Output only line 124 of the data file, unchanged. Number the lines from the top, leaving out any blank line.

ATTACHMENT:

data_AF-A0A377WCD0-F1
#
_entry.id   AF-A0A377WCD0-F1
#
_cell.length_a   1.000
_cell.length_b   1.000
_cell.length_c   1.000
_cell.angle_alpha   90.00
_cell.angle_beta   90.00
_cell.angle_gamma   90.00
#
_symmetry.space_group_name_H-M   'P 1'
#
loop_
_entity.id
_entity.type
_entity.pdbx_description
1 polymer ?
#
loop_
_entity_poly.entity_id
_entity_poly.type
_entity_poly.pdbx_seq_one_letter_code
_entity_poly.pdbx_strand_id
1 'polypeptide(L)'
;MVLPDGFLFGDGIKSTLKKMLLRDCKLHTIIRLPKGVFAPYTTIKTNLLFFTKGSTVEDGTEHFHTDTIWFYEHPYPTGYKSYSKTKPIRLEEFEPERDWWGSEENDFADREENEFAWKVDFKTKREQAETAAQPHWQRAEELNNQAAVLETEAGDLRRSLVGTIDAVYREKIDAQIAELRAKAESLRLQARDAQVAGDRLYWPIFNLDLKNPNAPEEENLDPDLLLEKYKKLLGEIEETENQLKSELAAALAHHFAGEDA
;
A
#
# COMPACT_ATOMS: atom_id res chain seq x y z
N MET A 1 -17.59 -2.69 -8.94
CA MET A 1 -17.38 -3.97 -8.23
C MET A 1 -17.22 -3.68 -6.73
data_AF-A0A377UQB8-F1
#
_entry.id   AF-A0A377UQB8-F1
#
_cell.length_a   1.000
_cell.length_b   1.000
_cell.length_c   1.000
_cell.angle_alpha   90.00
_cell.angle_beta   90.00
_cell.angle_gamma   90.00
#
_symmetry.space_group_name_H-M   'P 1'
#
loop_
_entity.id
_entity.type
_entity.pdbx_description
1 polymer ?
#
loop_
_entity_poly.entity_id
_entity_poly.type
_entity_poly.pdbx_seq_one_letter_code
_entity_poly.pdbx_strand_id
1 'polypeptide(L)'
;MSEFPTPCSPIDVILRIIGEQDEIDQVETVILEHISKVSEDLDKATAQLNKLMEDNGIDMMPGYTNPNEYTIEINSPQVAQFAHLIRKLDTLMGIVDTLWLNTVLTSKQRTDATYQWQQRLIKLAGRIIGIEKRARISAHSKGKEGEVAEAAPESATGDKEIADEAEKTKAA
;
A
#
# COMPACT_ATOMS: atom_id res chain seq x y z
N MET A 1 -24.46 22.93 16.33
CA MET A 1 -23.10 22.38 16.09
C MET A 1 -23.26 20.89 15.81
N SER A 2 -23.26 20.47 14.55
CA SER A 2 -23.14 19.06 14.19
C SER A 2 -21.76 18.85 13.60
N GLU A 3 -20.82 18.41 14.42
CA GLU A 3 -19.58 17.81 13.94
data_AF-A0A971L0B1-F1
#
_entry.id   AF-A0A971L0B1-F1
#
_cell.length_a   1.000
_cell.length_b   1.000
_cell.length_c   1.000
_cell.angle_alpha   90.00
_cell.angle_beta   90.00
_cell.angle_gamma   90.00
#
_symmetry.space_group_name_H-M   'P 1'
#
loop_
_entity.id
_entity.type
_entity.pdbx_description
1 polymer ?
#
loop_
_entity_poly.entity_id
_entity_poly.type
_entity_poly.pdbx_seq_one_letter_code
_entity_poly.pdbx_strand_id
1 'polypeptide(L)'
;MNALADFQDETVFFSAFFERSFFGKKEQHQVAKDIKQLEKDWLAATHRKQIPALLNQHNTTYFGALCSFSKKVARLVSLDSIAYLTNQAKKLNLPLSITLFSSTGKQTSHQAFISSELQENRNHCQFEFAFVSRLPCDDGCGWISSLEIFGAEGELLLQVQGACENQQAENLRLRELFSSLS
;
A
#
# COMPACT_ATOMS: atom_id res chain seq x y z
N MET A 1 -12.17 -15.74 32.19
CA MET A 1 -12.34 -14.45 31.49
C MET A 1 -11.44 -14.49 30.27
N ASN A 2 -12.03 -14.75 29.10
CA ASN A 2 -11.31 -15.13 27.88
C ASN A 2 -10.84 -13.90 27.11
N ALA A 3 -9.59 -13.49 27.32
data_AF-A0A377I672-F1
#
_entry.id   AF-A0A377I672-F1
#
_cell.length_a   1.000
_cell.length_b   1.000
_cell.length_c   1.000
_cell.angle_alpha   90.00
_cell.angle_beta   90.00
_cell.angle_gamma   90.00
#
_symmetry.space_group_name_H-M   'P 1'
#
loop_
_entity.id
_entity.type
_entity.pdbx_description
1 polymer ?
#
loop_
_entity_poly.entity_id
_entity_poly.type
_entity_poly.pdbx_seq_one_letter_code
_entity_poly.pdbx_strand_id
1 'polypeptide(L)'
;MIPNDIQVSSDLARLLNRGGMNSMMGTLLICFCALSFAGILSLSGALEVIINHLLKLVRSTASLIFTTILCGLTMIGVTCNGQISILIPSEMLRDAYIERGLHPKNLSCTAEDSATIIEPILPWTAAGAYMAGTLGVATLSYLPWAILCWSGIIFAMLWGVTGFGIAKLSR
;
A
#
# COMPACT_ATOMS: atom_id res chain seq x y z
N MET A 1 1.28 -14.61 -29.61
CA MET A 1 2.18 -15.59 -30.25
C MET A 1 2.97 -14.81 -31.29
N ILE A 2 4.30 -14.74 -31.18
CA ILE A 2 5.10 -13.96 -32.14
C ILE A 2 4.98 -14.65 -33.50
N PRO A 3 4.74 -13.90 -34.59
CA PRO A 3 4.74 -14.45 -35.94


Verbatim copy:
_entity.type